So we’ve got to this point, where you don’t feel welcome in your own country anymore, where you have to rethink even visiting for a few days.
In 1923, as part of the population exchange, my grandparents were kicked out of their homes in Smyrna and Constantinople . My mother grew up listening to her dad’s stories of how, at the age of 16, coming from a wealthy family, he had to move to Greece and start his life over. My grandpa started as an egg-seller and ended up building a company and a household, comfortable enough to offer to be able to offer to his child everything he had experienced as a child himself.
In 1967, my parents had to live under a dictatorship. They were threatened to be arrested for living their lives and were living under a regime of brutality and repression. With elections over elections, they finally managed to be living in a Parliamentary Republic. They survived that crisis and managed themselves to create a household and give their own children anything they needed and much more.
In 2008, I left Greece to study abroad. At first, I was counting down the days for my next visit back home. I had this big calendar on my wall in my tiny flat in Paris, and every night I was so happy to X one more day and feel closer to my flying date. My visits became rarer, less excited, I stopped counting down.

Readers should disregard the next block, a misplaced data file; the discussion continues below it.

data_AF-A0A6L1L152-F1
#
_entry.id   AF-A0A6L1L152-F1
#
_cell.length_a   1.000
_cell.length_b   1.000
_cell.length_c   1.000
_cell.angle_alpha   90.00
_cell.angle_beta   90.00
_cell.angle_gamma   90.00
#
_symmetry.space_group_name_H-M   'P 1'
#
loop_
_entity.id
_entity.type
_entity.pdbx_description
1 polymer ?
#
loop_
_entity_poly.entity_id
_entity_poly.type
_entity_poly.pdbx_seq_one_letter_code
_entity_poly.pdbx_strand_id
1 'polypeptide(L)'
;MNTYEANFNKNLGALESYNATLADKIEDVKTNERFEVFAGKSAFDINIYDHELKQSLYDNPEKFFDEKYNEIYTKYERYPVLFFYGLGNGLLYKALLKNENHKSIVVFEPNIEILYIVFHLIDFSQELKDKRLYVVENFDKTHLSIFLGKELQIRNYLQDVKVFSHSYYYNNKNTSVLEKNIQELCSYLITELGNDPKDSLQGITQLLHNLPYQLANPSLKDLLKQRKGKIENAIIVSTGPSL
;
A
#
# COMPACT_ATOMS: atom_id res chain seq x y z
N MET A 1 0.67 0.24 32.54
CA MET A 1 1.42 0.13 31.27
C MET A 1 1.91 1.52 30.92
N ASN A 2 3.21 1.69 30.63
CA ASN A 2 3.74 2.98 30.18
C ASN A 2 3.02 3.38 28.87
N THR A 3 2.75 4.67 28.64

In the summer of 2015, I had booked a flight back home, which I was the least eager about. I had to vote to a referendum that didn’t mean anything and see my country depressed, poor, stressed and destroyed. Not able to use their own money, oppressed by the situation, panicked and overwhelmed. It was not an image you would get excited to go back and see, not a situation pleasant to live in. I wondered so many times why I boarded on this flight last June. And yet, despite waking up each morning in Athens, wondering why I am still here, I soon find myself reserving another flight for yet another holiday at home.
Family and friends advise you to stay away from Greece, away from your own home, away from them. You tell them you miss them; they reply with an update of the latest austerity measures and their recent experience with the capital controls, a term even my grandma pronounces perfectly today.
“There is no money here, what would you come to do here anyway?”, they ask you. The possibility of you ever going back has been lost; even the thought of it seems silly. And you sit there, in your office in London, where you’re trying to build an easy-peasy life, away from the Greek political drama and EU’s austerity measures, wondering what makes you even think of going back and wanting to try to survive in today’s Greece, like your parents and grandparents did.
But you look outside your window and start daydreaming of blue skies, mornings by the sea and that Athenian vibe… and you’ve got your answer.SHOW MORE